Question 4: If you aren't quite so happy about procedures, you may want to make a smiley face with a smaller smile. You could do that by applying first-half twice to get a quarter-curve (this produces a lop-sided smile, but that's okay): ``` (draw-curve-points (translate (rotate-cw (first-half (first-half (shrink unit-circle .25)))) 0.5 0.5) 1000) ``` Define a function twice that composes a function with itself. You should be able to use twice like this: (define quarter-curve (twice first-half)) to get a function quarter-curve that produces the first quarter of a curve. Define a function n-times that takes a function and number n, and composes the function with itself n times. Think about a recursive definition of n-times: to apply a function 1 time, just apply the function; to apply the function n times, compose the function with the result of applying the funtion n - 1 times.

```(define (twice f) (compose f f))

(define (n-times f n)
(if (= n 1)
f
(compose f (n-times f (- n 1)))))
```
 Question 5: Define a new smiley drawing function, smiley-curve but this time make it a single curve. The same smiley face you drew in Question 3 should now appear when you do, ``` (draw-curve-points smiley-curve 1000) ``` Some parts of your smiley face probably appear dotty (instead of as solid lines). Explain why some parts of your smiley face are more dotty than others. Optional (bonus points - don't try this until you have finished the rest of the problem set). Define a better function for turning many curves into a single curve that does not have this problem.

Here's Jeff Taylor and Katie Winstanley's answer:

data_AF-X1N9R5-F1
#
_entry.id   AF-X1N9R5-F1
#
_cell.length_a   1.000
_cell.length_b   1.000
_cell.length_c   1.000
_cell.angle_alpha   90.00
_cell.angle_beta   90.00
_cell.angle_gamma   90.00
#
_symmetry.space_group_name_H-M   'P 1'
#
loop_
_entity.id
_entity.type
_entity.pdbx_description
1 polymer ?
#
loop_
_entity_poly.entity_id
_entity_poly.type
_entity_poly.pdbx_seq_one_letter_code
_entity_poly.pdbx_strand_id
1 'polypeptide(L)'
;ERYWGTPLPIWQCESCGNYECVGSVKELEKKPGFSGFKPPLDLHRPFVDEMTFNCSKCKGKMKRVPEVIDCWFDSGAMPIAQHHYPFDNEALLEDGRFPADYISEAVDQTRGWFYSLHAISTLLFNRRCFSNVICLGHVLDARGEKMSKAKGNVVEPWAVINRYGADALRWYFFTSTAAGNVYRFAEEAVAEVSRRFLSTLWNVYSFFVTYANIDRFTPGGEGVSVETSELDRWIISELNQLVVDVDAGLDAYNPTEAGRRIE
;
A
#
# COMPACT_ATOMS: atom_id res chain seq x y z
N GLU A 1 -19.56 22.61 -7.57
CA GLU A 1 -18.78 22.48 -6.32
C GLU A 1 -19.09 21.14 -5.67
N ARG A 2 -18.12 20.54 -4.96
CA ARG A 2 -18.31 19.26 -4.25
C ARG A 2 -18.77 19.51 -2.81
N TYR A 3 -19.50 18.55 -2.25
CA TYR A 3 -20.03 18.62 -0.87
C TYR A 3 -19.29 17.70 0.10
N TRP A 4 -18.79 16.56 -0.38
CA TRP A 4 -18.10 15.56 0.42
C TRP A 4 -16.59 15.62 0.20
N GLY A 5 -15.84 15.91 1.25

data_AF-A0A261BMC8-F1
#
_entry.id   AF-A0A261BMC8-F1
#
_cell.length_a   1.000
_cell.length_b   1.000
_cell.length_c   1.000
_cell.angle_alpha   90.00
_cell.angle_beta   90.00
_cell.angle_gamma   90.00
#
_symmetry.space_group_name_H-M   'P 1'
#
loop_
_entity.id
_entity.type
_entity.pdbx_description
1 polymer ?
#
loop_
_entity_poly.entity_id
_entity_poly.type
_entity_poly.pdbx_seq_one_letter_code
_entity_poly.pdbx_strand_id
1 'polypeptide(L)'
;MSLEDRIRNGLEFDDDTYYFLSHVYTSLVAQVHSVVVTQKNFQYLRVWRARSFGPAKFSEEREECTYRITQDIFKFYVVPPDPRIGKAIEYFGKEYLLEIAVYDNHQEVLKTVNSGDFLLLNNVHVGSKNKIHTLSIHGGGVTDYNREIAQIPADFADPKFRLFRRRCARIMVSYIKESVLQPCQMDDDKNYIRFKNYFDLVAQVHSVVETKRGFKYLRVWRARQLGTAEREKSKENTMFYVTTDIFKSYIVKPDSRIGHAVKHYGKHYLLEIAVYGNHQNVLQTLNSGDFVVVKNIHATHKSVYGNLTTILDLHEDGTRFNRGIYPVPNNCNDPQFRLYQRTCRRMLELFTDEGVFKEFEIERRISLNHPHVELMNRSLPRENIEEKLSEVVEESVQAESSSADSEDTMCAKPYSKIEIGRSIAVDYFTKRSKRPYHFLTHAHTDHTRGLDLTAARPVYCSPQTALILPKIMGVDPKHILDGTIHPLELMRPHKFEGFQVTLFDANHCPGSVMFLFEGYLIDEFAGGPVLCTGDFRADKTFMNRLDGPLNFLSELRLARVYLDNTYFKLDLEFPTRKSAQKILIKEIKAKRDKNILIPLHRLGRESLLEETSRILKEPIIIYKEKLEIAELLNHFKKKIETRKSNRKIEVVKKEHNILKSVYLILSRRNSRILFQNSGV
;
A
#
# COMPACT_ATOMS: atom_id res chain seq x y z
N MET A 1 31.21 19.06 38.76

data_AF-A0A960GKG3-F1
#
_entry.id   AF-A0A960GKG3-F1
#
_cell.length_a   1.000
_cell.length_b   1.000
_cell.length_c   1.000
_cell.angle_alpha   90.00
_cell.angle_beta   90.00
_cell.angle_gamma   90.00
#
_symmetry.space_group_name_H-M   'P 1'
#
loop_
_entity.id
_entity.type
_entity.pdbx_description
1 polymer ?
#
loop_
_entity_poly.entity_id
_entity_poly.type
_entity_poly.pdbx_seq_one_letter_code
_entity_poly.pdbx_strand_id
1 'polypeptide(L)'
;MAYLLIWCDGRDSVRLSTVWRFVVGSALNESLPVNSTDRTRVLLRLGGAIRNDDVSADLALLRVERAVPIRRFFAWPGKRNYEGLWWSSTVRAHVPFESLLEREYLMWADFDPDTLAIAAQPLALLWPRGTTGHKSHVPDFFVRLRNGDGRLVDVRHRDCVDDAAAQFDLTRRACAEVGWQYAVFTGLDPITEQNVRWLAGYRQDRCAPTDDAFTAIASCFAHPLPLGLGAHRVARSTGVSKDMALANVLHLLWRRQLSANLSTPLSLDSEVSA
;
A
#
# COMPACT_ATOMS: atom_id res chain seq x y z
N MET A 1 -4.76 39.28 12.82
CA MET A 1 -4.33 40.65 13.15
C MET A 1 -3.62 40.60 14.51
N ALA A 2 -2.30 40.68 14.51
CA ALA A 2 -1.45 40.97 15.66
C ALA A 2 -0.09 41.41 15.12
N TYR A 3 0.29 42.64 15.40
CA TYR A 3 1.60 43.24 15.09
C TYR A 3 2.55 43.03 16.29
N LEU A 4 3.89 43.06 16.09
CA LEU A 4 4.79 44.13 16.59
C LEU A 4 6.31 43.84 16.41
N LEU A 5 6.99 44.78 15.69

```(define (smiley-curve t)
((connect-rigidly (connect-rigidly (connect-rigidly make-face make-eye1) make-eye2) make-smile) t))

(define (make-face t)
((translate (shrink unit-circle .5) 0.5 0.5) t))

(define (make-eye1 t)
((translate (shrink unit-circle .125) 0.75 0.75) t))

(define (make-eye2 t)
((translate (shrink unit-circle .125) 0.25 0.75) t))

(define (half-smile curve)
(lambda (t)
((rotate-ccw (flip-vertically curve)) (/ t 2))))

(define (make-smile t)
((translate (half-smile (shrink unit-circle .375)) 0.5 0.5) t))
```
The reason some parts of the smiley face appear dotty, it that connect-rigidly uses up half the points on the first curve. If we use connect-rigidly multiple times to connect several curves, only half the points are available for each curve (even when one of the curves may be the result of connecting several other curves). For the code above, half the points are used for make-smile, and the other half for (connect-rigidly (connect-rigidly (connect-rigidly make-face make-eye1) make-eye2). Of that half, half (a quarter of the original points) are used for make-eye2 and the rest for (connect-rigidly (connect-rigidly make-face make-eye1). Hence, only one eigth of the total points are used to make-face.